by Isiah Holmes, Wisconsin Examiner
A new report by Forward Analytics, a research division of the Wisconsin Counties Association, is taking a deeper look at the fentanyl-fueled overdose crisis. Deaths linked to synthetic opioids, namely fentanyl, rose by over 1,000% from 2015 through 2021. The surge claimed the lives of over 4,300 people across the Badger State.
Fentanyl was originally developed in 1959, and was used as an anesthetic. Doctors over the decades began prescribing it for severe pain, especially after surgery or to address pain from terminal diseases like advanced cancer. Fentanyl is about 50 times more potent than heroin, over 100 times stronger than morphine, and is undetectable by smell or taste.
While fentanyl has ushered in the latest era of drug-related deaths, it’s hardly the first drug to do so. An era of heroin usage coincided with the Vietnam War, and preceded crack cocaine in the 1980s. The Forward Analytics report highlights the creation of OxyContin in 1995, which seeded the opioid crisis of the 2000s. In Wisconsin, overdose deaths have climbed sharply over the last 22 years. From 1999 to 2021, the report found, drug overdose deaths increased by more than 700%. The same period of time saw deaths involving opioids increase by over 1,800%. The first phase from 1999 to 2007 was fueled by prescription opioids. Between 2007 and 2015, heroin use drove the crisis. Ever larger waves of fentanyl-related deaths have followed.
The Forward Analytics report took a closer look at who is hit hardest by the deaths. It found that the mortality rate for men is 2.6 times greater than women, and nearly three times greater for Black and Native American residents than for white residents. Wisconsin’s Black population, the report highlighted, saw its mortality rate related to drug overdose deaths triple from 2019 to 2021. In 2020, fentanyl deaths were 2.6 times greater than the second leading cause of death, motor vehicle accidents, for people 25 to 34 years old. From 2015 to 2021, the report found, fentanyl was linked to over 4,300 deaths in Wisconsin, resulting in 155,000 years of potential life lost.
While the Center for Disease Control and Prevention (CDC) reports that fentanyl deaths are plateauing in Wisconsin, the numbers are still overwhelming. Roughly 1,300 people died in 2022 across the state, the report noted. Meanwhile, local municipalities are struggling to keep up with the tide of fatal and non-fatal overdoses. Treatment specialists believe that an estimated 20,000 people are using opioids in Milwaukee County. A new medication-assisted treatment center is planned to open on Milwaukee’s northwest side after a five-year battle. All the while, drug trends continue to shift and change throughout the state. Recent months have seen the tranquilizer xylazine, at times also mixed with fentanyl, cause deaths.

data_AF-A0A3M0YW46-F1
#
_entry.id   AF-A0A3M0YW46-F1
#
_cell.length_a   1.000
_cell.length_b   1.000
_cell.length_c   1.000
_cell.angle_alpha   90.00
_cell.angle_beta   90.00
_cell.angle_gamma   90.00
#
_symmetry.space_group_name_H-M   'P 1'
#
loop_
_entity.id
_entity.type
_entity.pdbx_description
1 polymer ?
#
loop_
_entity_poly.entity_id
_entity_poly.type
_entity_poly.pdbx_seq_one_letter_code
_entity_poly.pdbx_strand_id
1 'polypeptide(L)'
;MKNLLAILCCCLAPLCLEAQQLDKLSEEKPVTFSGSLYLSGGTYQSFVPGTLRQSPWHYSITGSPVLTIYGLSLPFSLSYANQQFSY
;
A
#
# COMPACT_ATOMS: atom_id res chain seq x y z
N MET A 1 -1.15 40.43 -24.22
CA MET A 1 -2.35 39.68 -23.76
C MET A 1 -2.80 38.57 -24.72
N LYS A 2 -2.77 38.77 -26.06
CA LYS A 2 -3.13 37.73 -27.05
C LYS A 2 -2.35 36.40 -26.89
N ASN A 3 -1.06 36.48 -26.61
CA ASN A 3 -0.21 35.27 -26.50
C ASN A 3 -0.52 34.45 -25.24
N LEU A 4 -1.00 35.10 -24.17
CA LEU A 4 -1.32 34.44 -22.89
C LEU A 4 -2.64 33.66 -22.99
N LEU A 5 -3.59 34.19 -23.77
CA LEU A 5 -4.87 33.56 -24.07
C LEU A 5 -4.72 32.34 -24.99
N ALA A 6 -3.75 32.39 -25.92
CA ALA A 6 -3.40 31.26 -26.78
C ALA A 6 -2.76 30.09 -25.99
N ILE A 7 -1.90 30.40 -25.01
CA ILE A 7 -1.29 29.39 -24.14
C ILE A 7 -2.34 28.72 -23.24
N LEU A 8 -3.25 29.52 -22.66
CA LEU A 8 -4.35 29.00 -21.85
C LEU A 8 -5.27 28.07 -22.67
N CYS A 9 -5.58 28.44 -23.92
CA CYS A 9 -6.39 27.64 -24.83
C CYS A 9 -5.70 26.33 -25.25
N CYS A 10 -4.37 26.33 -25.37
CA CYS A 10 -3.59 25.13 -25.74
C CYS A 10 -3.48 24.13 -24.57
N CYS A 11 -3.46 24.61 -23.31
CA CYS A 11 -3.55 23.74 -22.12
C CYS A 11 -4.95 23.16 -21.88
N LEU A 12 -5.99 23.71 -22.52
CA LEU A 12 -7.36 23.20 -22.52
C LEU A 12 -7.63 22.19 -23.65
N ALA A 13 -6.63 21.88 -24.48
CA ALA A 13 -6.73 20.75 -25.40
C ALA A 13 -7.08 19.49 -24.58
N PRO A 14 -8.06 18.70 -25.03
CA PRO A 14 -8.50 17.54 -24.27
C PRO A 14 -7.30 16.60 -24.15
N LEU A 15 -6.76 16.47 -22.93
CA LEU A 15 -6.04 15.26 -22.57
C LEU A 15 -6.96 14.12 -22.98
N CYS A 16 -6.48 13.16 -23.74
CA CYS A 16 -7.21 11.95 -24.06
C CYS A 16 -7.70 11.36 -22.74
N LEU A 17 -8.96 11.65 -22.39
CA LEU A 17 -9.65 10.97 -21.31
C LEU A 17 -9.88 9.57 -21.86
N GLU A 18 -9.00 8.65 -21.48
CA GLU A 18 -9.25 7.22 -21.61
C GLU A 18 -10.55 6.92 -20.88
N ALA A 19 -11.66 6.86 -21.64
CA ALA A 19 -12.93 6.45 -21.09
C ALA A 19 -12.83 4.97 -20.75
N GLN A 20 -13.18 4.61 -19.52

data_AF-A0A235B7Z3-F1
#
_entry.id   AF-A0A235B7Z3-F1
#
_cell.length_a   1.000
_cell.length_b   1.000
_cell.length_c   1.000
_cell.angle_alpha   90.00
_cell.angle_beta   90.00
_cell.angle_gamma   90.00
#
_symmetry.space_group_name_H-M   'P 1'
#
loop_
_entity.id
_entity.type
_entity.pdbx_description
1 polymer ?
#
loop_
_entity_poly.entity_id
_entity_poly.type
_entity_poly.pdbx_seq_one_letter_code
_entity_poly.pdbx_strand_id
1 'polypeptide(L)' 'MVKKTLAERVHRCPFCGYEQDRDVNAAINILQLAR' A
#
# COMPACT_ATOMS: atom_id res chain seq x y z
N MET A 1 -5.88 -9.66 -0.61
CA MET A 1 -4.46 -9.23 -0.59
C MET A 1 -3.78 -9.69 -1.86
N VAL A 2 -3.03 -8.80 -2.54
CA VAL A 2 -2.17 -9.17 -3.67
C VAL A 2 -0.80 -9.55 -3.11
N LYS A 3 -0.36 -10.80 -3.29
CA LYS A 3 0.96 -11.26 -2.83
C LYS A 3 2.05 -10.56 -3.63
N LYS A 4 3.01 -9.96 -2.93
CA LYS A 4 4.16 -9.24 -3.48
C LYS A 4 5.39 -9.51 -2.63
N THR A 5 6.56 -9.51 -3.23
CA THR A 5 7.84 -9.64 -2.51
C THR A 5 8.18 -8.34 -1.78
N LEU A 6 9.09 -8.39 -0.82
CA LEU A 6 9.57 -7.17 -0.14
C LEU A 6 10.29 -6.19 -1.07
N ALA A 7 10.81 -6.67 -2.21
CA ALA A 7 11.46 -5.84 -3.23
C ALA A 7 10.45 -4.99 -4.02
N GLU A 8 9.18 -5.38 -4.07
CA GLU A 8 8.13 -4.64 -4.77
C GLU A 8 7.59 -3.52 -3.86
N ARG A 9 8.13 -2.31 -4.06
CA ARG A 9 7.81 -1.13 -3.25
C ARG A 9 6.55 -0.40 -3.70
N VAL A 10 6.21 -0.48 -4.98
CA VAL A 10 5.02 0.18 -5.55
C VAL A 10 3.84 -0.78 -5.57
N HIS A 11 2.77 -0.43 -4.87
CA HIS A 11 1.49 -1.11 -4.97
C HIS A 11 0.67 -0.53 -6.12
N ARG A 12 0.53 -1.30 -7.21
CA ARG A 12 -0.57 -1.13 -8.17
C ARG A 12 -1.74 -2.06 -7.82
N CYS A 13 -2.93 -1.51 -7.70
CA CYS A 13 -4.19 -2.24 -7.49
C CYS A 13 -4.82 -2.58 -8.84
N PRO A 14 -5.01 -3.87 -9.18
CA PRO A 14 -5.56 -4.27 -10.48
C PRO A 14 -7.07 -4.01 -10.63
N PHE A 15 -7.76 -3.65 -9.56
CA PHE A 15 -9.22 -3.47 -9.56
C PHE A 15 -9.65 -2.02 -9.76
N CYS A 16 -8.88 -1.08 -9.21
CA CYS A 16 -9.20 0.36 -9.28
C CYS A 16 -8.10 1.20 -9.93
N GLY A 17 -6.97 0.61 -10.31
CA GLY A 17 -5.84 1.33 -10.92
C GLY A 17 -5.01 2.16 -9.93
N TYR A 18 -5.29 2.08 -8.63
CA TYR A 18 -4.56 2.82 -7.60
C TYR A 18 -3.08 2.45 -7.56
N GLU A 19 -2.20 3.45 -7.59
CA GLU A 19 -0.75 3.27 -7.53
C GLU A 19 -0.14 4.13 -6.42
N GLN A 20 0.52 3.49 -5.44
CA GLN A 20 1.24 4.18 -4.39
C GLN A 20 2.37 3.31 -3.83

The Forward Analytics Report found that mortality rates were particularly high in southeastern Wisconsin, at 31.6 per 100,000 residents from 2020 to 2021. Combining fentanyl-related deaths for 2020 and 2021, Forward Analytics found that the average urban mortality rate was more than double the average for rural communities at 23.1 vs. 11.4. The organization highlighted that this rate is much higher than the national average. Rural communities in the southern portion of the state had higher rates than those in the north. Rural southwest Wisconsin had the lowest average of 5.4. By comparison central, west central, and northern Wisconsin had rates averaging between 8.4 and 11.2 per 100,000 residents.
There is a lot of variation even within regions, however. Sawyer County, in the northwest of the state, had a fentanyl mortality rate of 35.9 per 100,000 people, according to the Forward Analytics report. This was the second highest rate, right behind Milwaukee County. “Sawyer’s rate was significantly above the average rural rate and the average rate for its region,” the report states. Other examples included Adams and Juneau counties, which had rates of 25.1 and 22.3 respectively. “These rates were more than double the regional rate and about three times the rural rate,” the report noted.
Dale Knapp, director for Forward Analytics, warns that communities shouldn’t let their guard down when death rates plateau. “While promising, this fight is far from over,” said Knapp in a statement. Knapp points to the Drug Enforcement Administration (DEA) as an example. The agency seized more than 50.6 million fentanyl laced pills nationwide last year, with 60% testing positive for lethal doses of fentanyl. This was more than double the number from 2021, the report noted. DEA agents also seized 10,000 pounds of fentanyl powder. Those captures represented more than 379 million potentially lethal doses of fentanyl, which is a larger number than the population of the United States.
The report recommends more education on the street names of fentanyl and increasing access to testing strips and Narcan, which is used to reverse an overdose. “Illicit fentanyl has been a scourge of the nation and Wisconsin since 2015,” the report concludes. “Through last year, this drug has been associated with more than 5,600 deaths and an estimated 200,000 potential years of life lost in the state.”
This story was written by Isiah Holmes, a contributor to the Wisconsin Examiner, where this story first appeared.
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